10 Dry Fly Fishing Tips That Beat Beginners Luck
You can see the fish rising. You know exactly where to place your cast. The hatch might as well spell out what you should pull out of that fly box as it shouldn’t take much more than beginner’s luck.
We all know it is never as easy as that and there are millions of things that all count to getting things right and for the fish to take. Below are our 10 favorite tips for improving almost any dry fly fishing experience so you can beat beginners’ luck.
1: Be Realistic Matching the Hatch
The blizzard of any hatch guarantees a bonanza for hungry fish. Multiple families and species of insects brainlessly compete in countless numbers for your attention. Which ones do you put on to match the hatch? The best option is to look at taking fish and see if you can spot what type and size of flies they are taking. look in your box for something as close as possible and if you do not get any takes and fish are still rising change fly again and again.
2: Look for the Big Ones
Little fish splash with enthusiasm and feed with frenzy. Big fish rise with a graceful economy of motion that’s easy to miss. When you see the nose smoothly break the surface and then disappear with hardly a ripple on the water, youíve just spotted a fish worth stalking.
3: Don’t Let Them See You
Big fish get that way thanks to evolutionary levels of caution and speed. They really do see you, so keep your angling profile low. Sneak up on a huge holding trout from behind and just off to one side. Sometimes, you have to crouch to get that dry fly out there. Take your time in your approach as often you will only get one cast so make sure it’s going to count. better to take your time and get in a better casting position and angle than rush it.
4: Cast Above the Rise
Think about how a trout moves from holding to arise. He doesn’t levitate straight up like an aquatic elevator. He drifts up and back, and then he takes his bite. Cast several feet in front his rise so that your fly presents just upstream in the current lane from his holding position. This way it gives you the perfect position for the fish to have time to both see the fly and time to react to take it.
5: Keep Your Lines Clean
If you’re not getting a drag-free drift from your line, make sure it’s clean. The smallest amount of anything can weigh down line tip and so can slightly sink the line, this will result in a loud slurping noise as you lift the line of the water which will alarm any fish in close proximity.
6: Keep Your Leader Straight
We ask a lot from leaders working dry flies. We want them to be stiff enough to turn over for the perfect presentation but soft enough to flex into a natural drift without remembering kinks. Always check your leaders and if it’s not hanging straight with curls in it, change your leader or even change the brand of leader you are using. Try to imagine the most natural presentation as possible.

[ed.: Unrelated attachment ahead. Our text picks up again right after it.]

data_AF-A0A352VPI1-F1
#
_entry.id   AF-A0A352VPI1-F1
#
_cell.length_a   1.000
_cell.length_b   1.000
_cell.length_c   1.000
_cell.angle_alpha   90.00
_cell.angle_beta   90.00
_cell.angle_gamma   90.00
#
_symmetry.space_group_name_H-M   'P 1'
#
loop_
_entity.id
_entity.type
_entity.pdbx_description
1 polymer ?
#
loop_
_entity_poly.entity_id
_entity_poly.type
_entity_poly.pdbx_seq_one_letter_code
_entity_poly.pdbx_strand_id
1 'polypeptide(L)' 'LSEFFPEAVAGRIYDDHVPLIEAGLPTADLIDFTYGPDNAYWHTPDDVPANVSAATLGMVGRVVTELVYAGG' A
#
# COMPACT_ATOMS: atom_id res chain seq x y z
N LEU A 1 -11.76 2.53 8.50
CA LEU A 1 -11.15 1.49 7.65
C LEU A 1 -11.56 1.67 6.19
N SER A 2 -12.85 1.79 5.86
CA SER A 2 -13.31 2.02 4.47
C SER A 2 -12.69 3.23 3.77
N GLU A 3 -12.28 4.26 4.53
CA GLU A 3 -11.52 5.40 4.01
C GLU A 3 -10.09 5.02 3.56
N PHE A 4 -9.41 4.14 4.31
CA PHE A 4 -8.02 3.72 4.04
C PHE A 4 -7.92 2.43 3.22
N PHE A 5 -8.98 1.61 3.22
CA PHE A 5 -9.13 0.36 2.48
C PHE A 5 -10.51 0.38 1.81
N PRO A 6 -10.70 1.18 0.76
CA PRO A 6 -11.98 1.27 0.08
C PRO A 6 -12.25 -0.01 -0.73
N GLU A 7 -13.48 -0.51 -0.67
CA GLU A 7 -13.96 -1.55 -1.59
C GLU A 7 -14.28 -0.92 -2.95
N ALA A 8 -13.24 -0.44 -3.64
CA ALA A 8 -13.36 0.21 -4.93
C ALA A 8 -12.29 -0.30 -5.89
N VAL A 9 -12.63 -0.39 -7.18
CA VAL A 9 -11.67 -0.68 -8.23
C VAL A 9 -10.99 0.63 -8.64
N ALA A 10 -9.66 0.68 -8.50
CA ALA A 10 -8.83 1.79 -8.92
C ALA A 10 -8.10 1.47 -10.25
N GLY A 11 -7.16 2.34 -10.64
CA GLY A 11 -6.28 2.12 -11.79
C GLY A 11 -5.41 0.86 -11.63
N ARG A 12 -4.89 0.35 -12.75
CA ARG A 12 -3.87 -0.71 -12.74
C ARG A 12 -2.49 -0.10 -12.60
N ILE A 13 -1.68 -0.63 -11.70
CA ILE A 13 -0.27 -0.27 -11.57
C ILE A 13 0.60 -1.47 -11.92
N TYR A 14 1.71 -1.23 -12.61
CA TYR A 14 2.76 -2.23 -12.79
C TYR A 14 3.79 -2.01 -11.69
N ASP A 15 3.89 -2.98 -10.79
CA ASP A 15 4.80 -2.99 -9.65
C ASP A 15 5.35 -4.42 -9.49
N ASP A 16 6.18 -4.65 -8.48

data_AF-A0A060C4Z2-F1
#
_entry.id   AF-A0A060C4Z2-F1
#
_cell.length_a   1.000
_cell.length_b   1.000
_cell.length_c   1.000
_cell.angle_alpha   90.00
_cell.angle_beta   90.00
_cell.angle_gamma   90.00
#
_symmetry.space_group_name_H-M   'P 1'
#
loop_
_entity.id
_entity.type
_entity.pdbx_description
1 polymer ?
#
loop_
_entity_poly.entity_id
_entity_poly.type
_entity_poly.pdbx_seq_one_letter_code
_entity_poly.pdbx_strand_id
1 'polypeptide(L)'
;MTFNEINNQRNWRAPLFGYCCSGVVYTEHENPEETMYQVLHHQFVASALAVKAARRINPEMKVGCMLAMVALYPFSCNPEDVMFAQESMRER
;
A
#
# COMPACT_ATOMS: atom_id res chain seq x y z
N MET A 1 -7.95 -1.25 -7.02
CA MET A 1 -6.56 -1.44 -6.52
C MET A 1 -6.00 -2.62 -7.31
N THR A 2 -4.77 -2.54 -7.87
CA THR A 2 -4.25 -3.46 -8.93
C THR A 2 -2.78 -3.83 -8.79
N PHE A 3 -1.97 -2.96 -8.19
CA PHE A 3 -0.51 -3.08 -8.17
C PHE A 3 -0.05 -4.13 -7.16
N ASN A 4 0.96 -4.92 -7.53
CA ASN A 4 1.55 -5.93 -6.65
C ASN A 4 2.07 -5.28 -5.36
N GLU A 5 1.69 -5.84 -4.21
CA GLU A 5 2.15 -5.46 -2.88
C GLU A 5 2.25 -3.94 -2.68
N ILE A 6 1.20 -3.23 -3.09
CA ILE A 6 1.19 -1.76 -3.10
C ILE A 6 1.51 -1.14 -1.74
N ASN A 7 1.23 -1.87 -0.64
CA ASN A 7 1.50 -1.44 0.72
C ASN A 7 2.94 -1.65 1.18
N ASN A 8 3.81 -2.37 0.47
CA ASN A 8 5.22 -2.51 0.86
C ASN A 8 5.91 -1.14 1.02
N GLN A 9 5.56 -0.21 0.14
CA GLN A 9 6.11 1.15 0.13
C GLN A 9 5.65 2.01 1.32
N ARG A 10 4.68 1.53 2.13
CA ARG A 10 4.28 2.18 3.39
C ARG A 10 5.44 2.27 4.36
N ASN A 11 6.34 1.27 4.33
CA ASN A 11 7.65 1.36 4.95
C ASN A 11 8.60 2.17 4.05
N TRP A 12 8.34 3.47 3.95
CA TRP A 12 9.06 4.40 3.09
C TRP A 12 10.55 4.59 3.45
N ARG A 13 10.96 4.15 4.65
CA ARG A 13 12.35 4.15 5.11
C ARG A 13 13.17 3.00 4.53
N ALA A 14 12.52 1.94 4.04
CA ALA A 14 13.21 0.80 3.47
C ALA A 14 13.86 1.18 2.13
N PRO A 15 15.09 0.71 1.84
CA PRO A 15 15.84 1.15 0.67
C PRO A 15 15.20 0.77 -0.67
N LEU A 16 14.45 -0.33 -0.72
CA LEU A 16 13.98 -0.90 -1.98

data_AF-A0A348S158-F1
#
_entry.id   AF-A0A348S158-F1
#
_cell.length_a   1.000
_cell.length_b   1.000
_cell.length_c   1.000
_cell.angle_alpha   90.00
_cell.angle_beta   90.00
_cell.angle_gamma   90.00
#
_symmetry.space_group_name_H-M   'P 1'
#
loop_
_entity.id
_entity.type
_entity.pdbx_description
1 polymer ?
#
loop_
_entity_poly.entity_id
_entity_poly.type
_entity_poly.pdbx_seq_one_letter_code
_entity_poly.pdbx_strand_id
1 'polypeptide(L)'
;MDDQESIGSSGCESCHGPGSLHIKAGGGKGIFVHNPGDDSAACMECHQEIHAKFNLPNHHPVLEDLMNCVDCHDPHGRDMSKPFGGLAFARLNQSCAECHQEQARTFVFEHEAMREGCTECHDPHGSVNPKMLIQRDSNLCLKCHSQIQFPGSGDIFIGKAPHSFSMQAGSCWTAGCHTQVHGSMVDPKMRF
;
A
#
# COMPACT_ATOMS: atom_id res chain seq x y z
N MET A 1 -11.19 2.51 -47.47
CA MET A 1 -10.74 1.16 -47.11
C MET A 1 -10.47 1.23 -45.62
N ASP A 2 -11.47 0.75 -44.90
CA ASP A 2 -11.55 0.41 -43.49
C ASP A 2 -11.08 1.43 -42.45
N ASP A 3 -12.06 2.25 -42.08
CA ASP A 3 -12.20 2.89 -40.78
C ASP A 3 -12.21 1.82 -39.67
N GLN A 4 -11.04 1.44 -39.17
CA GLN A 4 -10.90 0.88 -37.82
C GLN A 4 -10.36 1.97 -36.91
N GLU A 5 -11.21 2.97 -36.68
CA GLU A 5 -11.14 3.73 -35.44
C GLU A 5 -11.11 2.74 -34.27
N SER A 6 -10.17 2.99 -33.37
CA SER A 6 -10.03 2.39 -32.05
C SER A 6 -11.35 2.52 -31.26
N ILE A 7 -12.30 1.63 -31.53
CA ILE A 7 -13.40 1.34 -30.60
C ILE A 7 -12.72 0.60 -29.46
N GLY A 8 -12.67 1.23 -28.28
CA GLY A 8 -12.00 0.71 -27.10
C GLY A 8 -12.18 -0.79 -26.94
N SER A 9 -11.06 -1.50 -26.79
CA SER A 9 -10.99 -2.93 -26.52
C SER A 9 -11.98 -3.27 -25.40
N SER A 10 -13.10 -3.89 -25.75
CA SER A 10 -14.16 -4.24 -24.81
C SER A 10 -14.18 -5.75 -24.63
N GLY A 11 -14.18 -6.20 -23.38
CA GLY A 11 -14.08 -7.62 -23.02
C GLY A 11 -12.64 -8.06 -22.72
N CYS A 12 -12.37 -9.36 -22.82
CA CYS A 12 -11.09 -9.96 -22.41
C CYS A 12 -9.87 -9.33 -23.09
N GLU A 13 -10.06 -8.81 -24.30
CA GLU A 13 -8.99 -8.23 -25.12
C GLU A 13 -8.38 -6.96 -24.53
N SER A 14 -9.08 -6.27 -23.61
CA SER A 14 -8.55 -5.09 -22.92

7: Remember Basic Tippet Maths
One tippet size can handle three or four dry fly sizes, but we like the precision of an easy formula. A good tip to remember is just divided your hook size by three to get your leader size. It’s only a guide as sometimes in dirty water or windy weather you can use something heavier, or go thinner when fishing more tricky currents.
8: A Little Length Can Fool Fish
Another productive tip for tippets involves length. You already know that long and thin usually increases drag-free performance. Use this to your advantage when you’re presenting a delicate dry fly to a spooky fish. Sometimes, a little extra goes a surprisingly long way.
9: Keep Checking Your Flies
Always keep close attention to your dry flies and in-between a few cast always check your fly. You are looking at the condition for hackle damage and properly positioned wings. If everything still looks ok add a small amount of floatant and carry on fishing. If the fly looks damaged in any way change the fly to one with a better presentation.
10: Never Underestimate the Twitch
Your casts haven’t spooked that big fish yet, but he’s not interested in your best dead drifts. A tiny twitch of less than an inch can turn your ignored dry fly into the most desirable living insect on the water. This basically changes a dead or dabbing fly to one that is caught in the surface film of water, and not much big hungry fish can resist a fly in distress as it looks like an easy meal.
Remember if you would like to come to join any of our destinations around the world where you can fish with dry flies feel free to contact us. There are many to choose from like Estancia Glencross in Argentina, Futa Lodge in Chile, No See Um Lodge Alaska just to name a few.